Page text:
Leamer's spent two years researching his unauthorized biography King of the Night: The Life of Johnny Carson. He and his team located two hundred former neighbors, employees, and acquaintances from whom they gleaned information and anecdotes. Among the sources Leamer tapped were Carson's first wife, Jody, and two of his other three wives. Leamer managed to gain entrance to several events that Carson himself attended during the research period.
The Kennedy Women: The Saga of an American Family is Leamer's biography of the women of a political family he has always found fascinating. Here he follows its history from 1849, with the meeting of Bridget Murphy and Patrick Kennedy on board the Washington Irving as it traveled from Liverpool to Boston, and their subsequent marriage. Bridget had twenty-five grandchildren, one of whom was Joseph P. Kennedy. His wife, Rose, was the first of the contemporary Kennedy women, the one who set the standard for those who followed, for both her own daughters and daughters-in-law, including Jacqueline, the wife of President John F. Kennedy. This generation of Kennedy women, like Rose, lived to please their men, overlooked their misdeeds and philanderings, and held the family together. Leamer also writes of Rose's daughters, including mentally retarded Rosemary, whose survived a failed lobotomy and spent the rest of her life cared for by nuns; Kathleen, who died in a plane crash in 1944; Eunice, Patricia, and Jean. Her other daughters-in-law included Ethel, who married Robert F. Kennedy, and Joan. Five generations passed before a younger generation of Kennedy women struck out on their own. Lisa Schwarzbaum wrote in Entertainment Weekly that Caroline Kennedy Schlossberg, Maria Shriver Schwarzenegger, Kerry Kennedy Cuomo, and Kathleen Kennedy Townsend emerge in The Kennedy Women as "strong, expressive individuals whose Kennedy mantles are no longer corsets."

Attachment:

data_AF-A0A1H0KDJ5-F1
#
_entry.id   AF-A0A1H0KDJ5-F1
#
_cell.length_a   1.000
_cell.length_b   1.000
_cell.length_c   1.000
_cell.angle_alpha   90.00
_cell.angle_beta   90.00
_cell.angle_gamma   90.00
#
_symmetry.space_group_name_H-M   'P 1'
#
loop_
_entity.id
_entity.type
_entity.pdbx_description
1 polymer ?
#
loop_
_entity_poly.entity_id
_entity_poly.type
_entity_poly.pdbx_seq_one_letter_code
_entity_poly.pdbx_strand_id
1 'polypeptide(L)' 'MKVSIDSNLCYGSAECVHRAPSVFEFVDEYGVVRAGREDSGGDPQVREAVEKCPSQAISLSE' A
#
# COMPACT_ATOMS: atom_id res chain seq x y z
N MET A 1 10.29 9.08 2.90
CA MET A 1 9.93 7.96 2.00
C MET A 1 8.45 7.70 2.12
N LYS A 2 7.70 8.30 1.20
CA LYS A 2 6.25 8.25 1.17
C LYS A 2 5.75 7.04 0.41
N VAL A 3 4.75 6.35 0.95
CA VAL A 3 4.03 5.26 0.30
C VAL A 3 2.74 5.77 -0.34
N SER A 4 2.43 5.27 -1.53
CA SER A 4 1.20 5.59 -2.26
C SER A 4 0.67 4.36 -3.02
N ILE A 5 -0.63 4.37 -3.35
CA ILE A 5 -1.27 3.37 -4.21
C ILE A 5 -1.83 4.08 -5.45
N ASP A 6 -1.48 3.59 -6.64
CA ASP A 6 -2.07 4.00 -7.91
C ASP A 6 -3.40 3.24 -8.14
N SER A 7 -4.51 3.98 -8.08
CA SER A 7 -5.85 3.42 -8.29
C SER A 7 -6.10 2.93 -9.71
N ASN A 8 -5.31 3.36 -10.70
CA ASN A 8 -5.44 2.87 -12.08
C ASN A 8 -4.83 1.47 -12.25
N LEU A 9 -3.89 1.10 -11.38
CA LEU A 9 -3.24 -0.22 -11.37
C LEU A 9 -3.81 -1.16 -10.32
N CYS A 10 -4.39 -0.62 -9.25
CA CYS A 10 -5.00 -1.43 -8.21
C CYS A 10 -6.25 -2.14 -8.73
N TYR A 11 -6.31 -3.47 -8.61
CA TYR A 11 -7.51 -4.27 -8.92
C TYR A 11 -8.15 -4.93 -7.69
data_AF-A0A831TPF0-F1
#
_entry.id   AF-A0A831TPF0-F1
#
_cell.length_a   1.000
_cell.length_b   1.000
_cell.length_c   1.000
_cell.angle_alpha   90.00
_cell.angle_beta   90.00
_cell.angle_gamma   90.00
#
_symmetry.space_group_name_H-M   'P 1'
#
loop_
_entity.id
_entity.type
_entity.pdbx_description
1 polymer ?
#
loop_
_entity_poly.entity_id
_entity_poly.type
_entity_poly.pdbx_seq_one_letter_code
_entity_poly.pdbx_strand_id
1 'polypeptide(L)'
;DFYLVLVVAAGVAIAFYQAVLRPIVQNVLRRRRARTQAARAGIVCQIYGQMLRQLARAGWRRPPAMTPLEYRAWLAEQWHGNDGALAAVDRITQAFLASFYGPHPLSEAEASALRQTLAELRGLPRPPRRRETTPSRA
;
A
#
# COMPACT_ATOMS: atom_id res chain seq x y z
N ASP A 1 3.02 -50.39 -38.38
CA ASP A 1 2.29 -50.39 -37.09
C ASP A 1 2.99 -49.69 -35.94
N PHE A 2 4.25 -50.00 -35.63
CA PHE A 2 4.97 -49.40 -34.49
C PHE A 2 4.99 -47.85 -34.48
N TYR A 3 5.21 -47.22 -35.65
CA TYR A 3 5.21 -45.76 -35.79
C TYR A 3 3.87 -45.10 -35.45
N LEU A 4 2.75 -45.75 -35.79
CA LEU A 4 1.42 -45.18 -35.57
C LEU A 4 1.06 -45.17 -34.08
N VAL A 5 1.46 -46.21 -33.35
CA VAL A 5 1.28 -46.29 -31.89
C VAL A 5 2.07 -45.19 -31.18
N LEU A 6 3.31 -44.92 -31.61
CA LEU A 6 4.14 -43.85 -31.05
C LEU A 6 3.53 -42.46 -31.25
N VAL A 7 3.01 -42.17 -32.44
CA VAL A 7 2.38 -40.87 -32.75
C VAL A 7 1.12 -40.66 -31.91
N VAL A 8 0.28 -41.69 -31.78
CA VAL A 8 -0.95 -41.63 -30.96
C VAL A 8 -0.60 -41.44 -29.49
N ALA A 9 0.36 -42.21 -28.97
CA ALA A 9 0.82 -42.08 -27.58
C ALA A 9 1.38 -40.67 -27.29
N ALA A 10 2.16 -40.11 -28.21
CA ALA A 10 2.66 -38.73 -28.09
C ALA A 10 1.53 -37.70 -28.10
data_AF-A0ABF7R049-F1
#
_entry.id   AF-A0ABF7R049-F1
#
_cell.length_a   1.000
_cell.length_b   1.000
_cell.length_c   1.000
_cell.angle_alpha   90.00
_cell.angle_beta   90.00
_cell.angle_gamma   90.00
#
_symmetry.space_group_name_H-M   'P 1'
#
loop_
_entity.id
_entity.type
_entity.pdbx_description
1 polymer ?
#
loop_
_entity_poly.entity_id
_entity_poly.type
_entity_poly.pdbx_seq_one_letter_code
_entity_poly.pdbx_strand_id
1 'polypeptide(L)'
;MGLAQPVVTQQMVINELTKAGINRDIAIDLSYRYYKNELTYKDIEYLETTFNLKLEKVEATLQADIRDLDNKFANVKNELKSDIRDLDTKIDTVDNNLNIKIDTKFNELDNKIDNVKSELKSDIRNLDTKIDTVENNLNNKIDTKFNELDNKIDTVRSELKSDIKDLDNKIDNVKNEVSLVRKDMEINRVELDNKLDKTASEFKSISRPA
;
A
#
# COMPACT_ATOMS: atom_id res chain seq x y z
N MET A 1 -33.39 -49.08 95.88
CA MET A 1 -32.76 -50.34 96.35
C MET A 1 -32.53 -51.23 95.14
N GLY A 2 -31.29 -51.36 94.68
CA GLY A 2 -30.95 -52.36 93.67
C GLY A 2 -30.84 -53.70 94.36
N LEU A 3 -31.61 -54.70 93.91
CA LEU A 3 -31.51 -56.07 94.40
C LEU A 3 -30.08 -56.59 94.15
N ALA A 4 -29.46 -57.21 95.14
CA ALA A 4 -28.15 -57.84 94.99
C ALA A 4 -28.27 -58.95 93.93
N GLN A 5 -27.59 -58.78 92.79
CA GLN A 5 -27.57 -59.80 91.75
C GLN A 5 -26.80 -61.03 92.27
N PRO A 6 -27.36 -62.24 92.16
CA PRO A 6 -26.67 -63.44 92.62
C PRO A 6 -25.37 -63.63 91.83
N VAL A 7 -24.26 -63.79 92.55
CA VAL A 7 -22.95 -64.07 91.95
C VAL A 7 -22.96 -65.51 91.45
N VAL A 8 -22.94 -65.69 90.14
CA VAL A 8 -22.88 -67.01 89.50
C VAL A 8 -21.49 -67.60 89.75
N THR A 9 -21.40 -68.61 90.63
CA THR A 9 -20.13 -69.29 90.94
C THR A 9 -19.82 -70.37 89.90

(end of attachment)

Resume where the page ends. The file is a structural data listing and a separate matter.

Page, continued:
Leamer next wrote Three Chords and the Truth: Hope, Heartbreak, and Changing Fortunes in Nashville, a history of country music, then two more volumes about the Kennedys. The Kennedy Men, 1901–1963: The Laws of the Father begins with patriarch Joseph "Joe" P. Kennedy as a young man hustling in the streets of Boston, and it ends with the death of President John F. "Jack" Kennedy. Leamer concentrates on the four sons of Joe Kennedy, including Joe Jr., who died serving in World War II; Jack; Robert F. "Bobby," the senator from New York and attorney general during his brother's administration and who, like his brother, Jack, was assassinated; and Edward M. "Ted," the long-time senator from Massachusetts. The author writes of the strength of the senior Kennedy, who encouraged his sons' political careers and was a loving father. Leamer deals with the allegations that the elder Kennedy was involved with mobsters and bootlegged liquor, which he probably was. The public and private lives of these men are studied by Leamer, as is the way in which history was changed because of them. Robert F. Nardini noted in the Library Journal that "scholars will take note of his considerable primary research, in printed and recorded material, and dozens of his own interviews."
In Sons of Camelot: The Fate of an American Dynasty Leamer continues the saga of the Kennedy men. Here he includes the large number of grandsons of Joe Kennedy and the addictions and self-destructive behavior of many of them. This volume also contains interviews of family members, including environmental activist Robert F. Kennedy, Jr. and those who knew John F. Kennedy, Jr., who tragically died in an airplane crash in 1999. Library Journal contributor Jill Ortner wrote that "Leamer is balanced and fair, giving equal treatment to both success stories and failures."